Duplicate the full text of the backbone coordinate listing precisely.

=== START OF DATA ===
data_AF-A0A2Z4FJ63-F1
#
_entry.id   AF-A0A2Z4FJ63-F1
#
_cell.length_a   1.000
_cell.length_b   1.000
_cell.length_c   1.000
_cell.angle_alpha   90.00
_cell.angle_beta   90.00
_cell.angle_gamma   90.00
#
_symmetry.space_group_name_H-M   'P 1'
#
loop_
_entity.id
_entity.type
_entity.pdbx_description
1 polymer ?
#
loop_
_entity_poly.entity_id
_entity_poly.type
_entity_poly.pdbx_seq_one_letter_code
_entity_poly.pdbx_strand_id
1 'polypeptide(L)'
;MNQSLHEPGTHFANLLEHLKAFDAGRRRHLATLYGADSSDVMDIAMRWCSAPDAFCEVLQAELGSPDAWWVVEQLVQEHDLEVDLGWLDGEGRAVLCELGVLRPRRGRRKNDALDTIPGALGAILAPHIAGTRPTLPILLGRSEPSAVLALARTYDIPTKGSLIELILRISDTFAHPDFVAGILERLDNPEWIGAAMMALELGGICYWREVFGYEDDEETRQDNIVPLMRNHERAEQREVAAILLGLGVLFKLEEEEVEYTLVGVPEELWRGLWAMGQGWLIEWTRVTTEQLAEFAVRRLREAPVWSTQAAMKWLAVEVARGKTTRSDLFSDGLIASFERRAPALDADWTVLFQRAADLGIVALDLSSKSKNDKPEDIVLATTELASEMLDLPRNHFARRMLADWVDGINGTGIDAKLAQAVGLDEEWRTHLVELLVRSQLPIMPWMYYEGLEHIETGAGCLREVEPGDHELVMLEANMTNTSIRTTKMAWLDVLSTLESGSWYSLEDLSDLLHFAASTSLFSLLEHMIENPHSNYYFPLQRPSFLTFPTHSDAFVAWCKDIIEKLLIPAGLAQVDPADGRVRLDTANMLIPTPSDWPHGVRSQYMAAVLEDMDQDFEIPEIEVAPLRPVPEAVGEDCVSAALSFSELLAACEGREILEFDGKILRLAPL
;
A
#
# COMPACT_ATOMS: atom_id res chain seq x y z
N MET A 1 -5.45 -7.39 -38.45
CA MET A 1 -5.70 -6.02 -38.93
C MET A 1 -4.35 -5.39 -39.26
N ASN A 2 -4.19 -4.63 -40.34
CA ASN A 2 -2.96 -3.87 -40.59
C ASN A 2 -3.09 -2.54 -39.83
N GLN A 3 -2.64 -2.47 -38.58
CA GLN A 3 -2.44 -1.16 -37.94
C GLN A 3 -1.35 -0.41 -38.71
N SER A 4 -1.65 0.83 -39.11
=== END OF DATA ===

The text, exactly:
data_AF-A0A2Z4FJ63-F1
#
_entry.id   AF-A0A2Z4FJ63-F1
#
_cell.length_a   1.000
_cell.length_b   1.000
_cell.length_c   1.000
_cell.angle_alpha   90.00
_cell.angle_beta   90.00
_cell.angle_gamma   90.00
#
_symmetry.space_group_name_H-M   'P 1'
#
loop_
_entity.id
_entity.type
_entity.pdbx_description
1 polymer ?
#
loop_
_entity_poly.entity_id
_entity_poly.type
_entity_poly.pdbx_seq_one_letter_code
_entity_poly.pdbx_strand_id
1 'polypeptide(L)'
;MNQSLHEPGTHFANLLEHLKAFDAGRRRHLATLYGADSSDVMDIAMRWCSAPDAFCEVLQAELGSPDAWWVVEQLVQEHDLEVDLGWLDGEGRAVLCELGVLRPRRGRRKNDALDTIPGALGAILAPHIAGTRPTLPILLGRSEPSAVLALARTYDIPTKGSLIELILRISDTFAHPDFVAGILERLDNPEWIGAAMMALELGGICYWREVFGYEDDEETRQDNIVPLMRNHERAEQREVAAILLGLGVLFKLEEEEVEYTLVGVPEELWRGLWAMGQGWLIEWTRVTTEQLAEFAVRRLREAPVWSTQAAMKWLAVEVARGKTTRSDLFSDGLIASFERRAPALDADWTVLFQRAADLGIVALDLSSKSKNDKPEDIVLATTELASEMLDLPRNHFARRMLADWVDGINGTGIDAKLAQAVGLDEEWRTHLVELLVRSQLPIMPWMYYEGLEHIETGAGCLREVEPGDHELVMLEANMTNTSIRTTKMAWLDVLSTLESGSWYSLEDLSDLLHFAASTSLFSLLEHMIENPHSNYYFPLQRPSFLTFPTHSDAFVAWCKDIIEKLLIPAGLAQVDPADGRVRLDTANMLIPTPSDWPHGVRSQYMAAVLEDMDQDFEIPEIEVAPLRPVPEAVGEDCVSAALSFSELLAACEGREILEFDGKILRLAPL
;
A
#
# COMPACT_ATOMS: atom_id res chain seq x y z
N MET A 1 -5.45 -7.39 -38.45
CA MET A 1 -5.70 -6.02 -38.93
C MET A 1 -4.35 -5.39 -39.26
N ASN A 2 -4.19 -4.63 -40.34
CA ASN A 2 -2.96 -3.87 -40.59
C ASN A 2 -3.09 -2.54 -39.83
N GLN A 3 -2.64 -2.47 -38.58
CA GLN A 3 -2.44 -1.16 -37.94
C GLN A 3 -1.35 -0.41 -38.71
N SER A 4 -1.65 0.83 -39.11